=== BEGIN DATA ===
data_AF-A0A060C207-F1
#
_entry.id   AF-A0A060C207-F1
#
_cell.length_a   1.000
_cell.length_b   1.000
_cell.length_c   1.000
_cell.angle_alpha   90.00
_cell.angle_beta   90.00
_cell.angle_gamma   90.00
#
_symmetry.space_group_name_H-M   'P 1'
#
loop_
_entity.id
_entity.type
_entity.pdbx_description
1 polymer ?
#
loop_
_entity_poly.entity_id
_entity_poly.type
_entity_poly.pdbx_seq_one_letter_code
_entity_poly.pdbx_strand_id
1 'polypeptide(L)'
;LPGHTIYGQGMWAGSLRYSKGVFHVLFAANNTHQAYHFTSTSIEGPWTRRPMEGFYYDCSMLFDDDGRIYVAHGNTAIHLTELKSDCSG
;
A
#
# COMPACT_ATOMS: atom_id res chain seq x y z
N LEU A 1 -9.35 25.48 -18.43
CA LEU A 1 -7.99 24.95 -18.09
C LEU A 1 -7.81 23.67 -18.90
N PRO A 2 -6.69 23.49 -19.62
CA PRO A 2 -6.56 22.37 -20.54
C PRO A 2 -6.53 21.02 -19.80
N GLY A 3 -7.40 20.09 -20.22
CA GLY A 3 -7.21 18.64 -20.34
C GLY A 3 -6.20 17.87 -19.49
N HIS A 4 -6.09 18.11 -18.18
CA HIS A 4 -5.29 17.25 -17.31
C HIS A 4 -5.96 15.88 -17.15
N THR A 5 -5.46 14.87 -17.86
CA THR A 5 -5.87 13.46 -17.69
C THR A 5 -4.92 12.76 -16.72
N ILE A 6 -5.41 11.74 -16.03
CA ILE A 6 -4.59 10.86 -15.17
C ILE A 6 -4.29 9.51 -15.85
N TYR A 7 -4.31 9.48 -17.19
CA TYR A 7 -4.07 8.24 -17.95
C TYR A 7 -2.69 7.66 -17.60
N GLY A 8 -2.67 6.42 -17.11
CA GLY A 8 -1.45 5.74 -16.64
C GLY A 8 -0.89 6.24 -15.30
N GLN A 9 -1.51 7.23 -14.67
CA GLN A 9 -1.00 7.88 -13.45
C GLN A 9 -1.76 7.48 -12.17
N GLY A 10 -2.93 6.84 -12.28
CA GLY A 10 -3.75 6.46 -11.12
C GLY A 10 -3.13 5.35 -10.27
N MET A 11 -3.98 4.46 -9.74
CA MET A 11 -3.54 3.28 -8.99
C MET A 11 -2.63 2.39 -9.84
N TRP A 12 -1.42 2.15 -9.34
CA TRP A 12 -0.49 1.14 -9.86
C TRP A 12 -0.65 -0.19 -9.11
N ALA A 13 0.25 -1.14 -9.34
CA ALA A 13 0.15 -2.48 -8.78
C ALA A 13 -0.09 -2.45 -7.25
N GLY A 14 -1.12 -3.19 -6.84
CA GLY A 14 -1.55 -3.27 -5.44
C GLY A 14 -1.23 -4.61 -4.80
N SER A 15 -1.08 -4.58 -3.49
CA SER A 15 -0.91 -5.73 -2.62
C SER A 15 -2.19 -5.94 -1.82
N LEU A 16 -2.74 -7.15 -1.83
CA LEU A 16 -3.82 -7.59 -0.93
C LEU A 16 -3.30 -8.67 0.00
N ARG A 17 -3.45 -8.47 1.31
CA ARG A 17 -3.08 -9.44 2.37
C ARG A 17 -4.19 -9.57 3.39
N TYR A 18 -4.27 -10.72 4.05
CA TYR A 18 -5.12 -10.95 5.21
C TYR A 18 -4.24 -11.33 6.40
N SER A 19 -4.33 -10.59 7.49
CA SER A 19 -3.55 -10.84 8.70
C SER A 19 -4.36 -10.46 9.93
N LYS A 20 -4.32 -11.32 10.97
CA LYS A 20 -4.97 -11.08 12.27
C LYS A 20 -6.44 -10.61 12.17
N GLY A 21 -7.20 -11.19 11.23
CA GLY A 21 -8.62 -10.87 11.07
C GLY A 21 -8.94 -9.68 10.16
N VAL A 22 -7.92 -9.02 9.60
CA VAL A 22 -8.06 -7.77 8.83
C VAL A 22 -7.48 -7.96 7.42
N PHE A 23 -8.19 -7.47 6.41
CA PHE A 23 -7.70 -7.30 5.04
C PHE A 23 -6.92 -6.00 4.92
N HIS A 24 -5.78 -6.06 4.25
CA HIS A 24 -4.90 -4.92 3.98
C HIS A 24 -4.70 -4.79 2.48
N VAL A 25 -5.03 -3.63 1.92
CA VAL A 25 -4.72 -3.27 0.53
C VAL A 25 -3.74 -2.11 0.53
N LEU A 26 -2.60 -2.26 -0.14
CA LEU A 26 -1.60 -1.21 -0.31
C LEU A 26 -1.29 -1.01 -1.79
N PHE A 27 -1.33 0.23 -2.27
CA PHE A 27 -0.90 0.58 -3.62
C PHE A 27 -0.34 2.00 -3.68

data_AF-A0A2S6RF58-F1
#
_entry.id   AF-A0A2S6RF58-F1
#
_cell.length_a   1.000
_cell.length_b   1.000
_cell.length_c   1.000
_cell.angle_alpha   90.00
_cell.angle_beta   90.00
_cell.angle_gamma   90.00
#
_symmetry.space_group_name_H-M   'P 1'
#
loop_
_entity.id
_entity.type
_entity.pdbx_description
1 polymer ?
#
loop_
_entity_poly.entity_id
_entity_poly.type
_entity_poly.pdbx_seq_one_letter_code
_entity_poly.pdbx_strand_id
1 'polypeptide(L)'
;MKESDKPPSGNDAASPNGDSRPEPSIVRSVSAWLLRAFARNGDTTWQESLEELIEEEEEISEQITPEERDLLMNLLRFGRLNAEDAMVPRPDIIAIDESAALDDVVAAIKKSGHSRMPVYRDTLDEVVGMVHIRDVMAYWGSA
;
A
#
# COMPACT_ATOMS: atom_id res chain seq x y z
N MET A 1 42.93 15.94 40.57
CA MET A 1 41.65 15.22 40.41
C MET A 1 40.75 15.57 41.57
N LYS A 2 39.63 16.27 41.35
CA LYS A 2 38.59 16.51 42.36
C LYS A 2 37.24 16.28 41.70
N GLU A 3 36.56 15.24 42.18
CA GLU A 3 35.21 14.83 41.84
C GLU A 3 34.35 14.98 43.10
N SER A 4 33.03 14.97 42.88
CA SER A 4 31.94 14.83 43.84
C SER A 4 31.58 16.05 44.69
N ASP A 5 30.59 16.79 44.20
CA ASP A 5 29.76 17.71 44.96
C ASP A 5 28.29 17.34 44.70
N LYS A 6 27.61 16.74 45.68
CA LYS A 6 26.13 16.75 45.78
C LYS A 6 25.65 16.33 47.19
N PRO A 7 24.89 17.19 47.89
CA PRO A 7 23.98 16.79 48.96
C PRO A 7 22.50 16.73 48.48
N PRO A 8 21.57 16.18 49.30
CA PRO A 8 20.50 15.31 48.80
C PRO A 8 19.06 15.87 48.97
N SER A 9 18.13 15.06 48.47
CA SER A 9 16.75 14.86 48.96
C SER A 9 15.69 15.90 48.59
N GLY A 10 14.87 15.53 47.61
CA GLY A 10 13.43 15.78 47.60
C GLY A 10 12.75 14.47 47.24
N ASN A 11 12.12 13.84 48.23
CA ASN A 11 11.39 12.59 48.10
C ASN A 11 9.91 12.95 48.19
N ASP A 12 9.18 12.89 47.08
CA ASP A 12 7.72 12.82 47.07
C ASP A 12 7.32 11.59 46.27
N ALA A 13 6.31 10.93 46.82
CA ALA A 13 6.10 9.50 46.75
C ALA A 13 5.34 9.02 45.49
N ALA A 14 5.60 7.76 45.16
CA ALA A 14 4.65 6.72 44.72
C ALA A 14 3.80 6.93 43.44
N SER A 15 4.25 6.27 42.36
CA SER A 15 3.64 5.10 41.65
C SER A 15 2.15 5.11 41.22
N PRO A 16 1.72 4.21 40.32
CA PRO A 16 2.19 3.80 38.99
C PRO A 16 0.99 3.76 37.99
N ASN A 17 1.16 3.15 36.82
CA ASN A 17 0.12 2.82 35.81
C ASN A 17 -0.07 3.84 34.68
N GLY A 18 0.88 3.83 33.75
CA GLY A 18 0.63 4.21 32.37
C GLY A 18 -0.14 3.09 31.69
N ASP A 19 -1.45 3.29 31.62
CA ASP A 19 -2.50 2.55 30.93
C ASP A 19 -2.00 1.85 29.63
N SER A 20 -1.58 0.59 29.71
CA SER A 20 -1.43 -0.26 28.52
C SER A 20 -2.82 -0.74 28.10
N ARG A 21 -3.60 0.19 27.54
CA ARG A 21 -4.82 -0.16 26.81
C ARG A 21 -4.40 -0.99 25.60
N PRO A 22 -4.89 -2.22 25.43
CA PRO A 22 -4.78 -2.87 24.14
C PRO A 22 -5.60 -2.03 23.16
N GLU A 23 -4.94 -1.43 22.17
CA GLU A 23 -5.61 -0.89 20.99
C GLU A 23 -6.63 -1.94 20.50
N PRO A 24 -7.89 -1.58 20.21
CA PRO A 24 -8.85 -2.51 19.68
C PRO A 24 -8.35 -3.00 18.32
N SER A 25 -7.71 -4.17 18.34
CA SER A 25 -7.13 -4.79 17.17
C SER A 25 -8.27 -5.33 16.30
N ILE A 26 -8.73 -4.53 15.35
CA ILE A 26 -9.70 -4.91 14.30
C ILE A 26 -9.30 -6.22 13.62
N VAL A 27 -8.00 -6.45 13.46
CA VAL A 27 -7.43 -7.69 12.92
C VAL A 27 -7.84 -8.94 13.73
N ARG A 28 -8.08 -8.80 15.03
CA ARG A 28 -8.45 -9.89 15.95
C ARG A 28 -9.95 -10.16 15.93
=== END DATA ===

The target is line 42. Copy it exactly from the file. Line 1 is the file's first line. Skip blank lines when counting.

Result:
C HIS A 4 -5.96 15.88 -17.15